Not Everyone’s Doing It and That’s a Good Thing, Health Department Says
Posted on May 2, 2012
The U.S. Department of Health and Human Services lists the Heritage Keepers Abstinence Education, a pro-abstinence program aimed at middle and high schoolers, as one of almost three dozen “evidenced-based” sex education programs that qualify as effective in preventing teenage pregnancy. —ARK
Kate Sheppard at Mother Jones:
The HHS fact sheet on the program lists five different sections, on topics like “sexual abstinence” and “family formation.” The “STD Facts” section “discusses how to refuse sex in different settings.” Students are also taught a “four-step plan for resisting sexual activity,” and provided with “role-playing exercises to help students practice it.” In other words, don’t count on learning anything along the lines of what young people should do if they are having sex. There’s no talk about condoms or birth control. And if you’re gay, forget about it.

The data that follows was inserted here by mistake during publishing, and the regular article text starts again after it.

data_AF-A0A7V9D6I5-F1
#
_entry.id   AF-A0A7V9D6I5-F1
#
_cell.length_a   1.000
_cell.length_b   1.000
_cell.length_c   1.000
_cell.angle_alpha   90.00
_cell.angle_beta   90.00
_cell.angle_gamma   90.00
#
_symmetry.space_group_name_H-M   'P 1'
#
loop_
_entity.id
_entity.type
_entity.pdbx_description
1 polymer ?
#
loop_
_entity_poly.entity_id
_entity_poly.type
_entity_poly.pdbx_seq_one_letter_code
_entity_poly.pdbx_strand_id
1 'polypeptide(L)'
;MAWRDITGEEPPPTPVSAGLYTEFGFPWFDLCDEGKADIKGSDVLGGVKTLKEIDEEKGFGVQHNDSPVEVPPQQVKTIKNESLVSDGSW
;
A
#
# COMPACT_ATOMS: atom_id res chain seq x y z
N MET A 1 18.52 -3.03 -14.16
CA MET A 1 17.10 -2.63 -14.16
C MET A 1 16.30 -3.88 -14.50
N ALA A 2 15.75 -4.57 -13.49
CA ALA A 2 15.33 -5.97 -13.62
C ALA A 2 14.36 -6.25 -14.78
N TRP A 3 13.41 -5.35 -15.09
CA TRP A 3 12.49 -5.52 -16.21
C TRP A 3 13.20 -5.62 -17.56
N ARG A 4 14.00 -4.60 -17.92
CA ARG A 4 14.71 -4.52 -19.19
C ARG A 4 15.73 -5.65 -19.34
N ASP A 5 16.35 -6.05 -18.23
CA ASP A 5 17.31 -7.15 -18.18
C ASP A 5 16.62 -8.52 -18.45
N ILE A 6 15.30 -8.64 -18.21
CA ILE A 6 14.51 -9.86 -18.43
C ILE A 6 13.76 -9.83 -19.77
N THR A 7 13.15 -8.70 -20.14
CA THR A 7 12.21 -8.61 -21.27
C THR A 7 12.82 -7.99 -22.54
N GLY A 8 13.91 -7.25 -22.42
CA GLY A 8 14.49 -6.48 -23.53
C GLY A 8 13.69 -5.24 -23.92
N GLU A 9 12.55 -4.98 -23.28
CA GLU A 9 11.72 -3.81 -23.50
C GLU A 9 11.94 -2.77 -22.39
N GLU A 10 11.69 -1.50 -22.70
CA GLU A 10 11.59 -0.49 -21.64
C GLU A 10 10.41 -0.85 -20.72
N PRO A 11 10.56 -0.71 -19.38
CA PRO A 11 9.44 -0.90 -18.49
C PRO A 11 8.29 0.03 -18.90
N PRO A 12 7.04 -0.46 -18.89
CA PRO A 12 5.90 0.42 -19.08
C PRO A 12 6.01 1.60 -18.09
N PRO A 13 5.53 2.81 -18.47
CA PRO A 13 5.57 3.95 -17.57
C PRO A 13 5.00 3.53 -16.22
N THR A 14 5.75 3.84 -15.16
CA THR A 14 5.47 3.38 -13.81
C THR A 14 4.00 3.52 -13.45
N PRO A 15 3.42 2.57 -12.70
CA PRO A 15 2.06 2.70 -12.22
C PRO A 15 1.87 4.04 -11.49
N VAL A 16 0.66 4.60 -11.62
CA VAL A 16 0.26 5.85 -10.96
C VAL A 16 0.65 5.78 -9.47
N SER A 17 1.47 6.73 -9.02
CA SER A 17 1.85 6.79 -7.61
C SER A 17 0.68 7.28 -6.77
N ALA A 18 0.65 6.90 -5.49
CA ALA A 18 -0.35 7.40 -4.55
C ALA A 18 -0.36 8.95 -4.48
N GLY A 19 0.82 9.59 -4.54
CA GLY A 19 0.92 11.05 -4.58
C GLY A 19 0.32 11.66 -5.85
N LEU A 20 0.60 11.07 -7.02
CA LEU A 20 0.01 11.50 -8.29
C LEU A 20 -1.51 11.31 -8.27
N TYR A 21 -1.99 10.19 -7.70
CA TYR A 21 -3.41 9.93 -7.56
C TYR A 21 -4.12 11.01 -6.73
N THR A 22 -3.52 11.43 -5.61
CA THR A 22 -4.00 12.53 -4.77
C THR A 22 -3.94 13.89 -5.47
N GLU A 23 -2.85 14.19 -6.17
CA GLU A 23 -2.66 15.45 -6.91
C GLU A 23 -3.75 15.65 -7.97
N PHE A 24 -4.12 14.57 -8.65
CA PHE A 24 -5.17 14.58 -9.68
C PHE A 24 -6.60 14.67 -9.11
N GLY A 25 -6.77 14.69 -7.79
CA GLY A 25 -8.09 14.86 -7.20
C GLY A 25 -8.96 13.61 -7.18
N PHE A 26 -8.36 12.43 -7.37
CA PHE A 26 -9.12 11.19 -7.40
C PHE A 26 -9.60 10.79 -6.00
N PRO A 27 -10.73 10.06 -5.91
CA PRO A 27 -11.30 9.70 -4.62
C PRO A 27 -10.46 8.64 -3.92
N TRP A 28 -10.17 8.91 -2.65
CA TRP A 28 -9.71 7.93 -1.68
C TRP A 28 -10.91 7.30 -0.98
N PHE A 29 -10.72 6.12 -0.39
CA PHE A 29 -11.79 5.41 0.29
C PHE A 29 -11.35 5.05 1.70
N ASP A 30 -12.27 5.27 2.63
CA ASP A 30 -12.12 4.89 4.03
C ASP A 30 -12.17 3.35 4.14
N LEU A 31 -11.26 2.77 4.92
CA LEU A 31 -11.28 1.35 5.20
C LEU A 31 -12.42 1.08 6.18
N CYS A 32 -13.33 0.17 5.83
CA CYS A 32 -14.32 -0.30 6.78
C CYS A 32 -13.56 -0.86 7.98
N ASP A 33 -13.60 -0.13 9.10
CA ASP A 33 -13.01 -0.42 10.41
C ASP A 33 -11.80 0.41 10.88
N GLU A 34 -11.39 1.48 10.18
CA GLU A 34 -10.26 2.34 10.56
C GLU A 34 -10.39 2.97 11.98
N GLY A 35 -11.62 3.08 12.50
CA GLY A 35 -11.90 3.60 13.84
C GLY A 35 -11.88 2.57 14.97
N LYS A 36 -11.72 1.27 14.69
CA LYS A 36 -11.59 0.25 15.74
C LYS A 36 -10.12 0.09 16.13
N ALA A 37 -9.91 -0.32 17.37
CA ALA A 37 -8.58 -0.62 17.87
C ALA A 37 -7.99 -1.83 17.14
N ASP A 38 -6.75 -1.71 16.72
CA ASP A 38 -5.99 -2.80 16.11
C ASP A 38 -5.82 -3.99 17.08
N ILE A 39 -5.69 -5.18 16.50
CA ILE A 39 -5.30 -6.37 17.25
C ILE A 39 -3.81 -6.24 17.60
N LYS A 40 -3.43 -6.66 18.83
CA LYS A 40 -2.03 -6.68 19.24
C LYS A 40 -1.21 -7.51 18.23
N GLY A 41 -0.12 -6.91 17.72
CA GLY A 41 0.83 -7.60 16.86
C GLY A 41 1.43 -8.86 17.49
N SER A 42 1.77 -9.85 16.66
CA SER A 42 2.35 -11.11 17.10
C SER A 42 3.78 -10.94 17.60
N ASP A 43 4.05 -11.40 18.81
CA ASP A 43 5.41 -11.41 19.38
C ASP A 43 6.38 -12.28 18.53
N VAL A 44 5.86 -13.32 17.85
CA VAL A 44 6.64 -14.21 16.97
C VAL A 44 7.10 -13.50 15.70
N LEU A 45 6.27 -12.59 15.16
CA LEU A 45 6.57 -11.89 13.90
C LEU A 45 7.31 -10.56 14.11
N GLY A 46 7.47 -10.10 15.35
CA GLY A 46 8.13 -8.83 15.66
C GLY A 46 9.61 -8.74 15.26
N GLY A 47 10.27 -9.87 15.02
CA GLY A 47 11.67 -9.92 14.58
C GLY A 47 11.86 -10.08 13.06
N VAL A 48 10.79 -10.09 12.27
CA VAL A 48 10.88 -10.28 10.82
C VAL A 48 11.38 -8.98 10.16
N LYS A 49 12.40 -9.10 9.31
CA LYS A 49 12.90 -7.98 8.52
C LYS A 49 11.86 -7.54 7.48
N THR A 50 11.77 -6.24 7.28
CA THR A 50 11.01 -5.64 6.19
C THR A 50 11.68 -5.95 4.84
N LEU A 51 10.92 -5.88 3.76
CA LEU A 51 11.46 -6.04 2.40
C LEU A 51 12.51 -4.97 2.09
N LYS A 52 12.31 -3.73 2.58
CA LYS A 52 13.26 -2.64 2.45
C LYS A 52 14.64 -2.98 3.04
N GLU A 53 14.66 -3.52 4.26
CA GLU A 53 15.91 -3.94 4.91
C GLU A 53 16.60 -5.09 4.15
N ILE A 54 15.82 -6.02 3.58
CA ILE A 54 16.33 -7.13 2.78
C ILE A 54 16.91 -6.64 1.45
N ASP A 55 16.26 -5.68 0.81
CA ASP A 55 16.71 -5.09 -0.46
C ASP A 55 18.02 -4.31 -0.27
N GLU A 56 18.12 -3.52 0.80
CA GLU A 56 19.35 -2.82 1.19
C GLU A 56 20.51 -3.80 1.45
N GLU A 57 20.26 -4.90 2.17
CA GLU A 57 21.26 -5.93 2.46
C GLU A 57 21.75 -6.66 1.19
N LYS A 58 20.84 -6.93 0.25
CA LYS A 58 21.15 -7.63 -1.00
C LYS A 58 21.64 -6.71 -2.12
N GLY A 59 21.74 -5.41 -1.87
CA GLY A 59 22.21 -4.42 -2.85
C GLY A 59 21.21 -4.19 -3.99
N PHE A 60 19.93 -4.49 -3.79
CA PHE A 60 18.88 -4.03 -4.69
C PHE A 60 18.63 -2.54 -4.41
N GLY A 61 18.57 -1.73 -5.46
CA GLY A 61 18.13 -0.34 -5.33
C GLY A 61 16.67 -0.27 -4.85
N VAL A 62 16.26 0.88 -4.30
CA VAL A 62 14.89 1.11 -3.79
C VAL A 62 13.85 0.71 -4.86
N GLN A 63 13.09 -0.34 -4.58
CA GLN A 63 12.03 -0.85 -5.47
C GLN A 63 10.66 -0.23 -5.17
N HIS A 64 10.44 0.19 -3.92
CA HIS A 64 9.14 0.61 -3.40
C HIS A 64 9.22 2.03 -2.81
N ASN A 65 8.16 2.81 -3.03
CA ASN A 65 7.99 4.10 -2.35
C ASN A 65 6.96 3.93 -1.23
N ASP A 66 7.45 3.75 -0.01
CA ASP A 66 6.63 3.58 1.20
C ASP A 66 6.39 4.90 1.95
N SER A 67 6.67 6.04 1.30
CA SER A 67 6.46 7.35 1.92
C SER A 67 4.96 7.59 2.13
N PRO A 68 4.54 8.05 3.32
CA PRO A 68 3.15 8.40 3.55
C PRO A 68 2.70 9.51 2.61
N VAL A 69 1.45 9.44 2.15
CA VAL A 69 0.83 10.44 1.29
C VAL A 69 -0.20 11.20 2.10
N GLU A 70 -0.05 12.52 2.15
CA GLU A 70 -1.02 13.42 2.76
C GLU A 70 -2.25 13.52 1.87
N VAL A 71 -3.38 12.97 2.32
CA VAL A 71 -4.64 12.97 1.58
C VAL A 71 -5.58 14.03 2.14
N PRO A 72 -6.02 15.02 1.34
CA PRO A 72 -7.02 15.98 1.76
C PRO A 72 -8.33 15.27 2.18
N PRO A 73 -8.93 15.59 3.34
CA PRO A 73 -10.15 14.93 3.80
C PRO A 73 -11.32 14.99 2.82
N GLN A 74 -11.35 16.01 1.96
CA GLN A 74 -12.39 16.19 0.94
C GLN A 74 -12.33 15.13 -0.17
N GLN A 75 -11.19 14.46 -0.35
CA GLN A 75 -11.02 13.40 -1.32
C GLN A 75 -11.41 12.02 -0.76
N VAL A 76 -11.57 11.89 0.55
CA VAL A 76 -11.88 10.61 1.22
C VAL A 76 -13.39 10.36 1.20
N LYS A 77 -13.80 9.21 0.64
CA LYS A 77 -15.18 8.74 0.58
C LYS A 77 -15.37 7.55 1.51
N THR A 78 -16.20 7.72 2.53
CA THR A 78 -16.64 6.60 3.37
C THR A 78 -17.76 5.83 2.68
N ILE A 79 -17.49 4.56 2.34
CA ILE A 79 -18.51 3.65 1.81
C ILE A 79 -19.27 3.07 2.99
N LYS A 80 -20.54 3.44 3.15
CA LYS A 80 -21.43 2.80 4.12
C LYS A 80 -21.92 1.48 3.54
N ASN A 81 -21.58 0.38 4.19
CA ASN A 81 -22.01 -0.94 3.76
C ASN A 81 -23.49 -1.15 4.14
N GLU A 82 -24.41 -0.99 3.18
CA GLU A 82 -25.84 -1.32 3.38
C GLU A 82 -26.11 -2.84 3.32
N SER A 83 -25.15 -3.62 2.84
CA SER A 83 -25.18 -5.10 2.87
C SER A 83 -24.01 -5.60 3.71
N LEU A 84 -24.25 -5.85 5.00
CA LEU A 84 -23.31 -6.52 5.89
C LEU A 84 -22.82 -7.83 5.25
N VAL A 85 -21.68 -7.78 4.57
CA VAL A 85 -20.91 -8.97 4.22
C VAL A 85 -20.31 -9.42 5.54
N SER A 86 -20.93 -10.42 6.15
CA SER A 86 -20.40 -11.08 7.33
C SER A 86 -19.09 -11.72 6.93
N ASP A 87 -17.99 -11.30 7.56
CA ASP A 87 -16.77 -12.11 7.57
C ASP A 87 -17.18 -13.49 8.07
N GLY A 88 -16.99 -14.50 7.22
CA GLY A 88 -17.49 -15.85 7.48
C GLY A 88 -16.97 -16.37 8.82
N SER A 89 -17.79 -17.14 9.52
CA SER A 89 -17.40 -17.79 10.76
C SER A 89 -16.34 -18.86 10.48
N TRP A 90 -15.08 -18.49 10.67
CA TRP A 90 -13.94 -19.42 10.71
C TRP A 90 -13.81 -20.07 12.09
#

The RH Reality Check piece notes that an August 2007 report on the Heritage program prepared for HHS found that it “had little or no impact on sexual abstinence or activity.” So it’s not exactly clear why it’s on a list of “evidence-based programs” that “met the effectiveness criteria” for HHS.
Yet the Heritge website now proudly boasts that it is “the only authentic abstinence education program in the United States identified by the U.S. Department of Health and Human Services as having demonstrated it’s [sic] effectiveness.”
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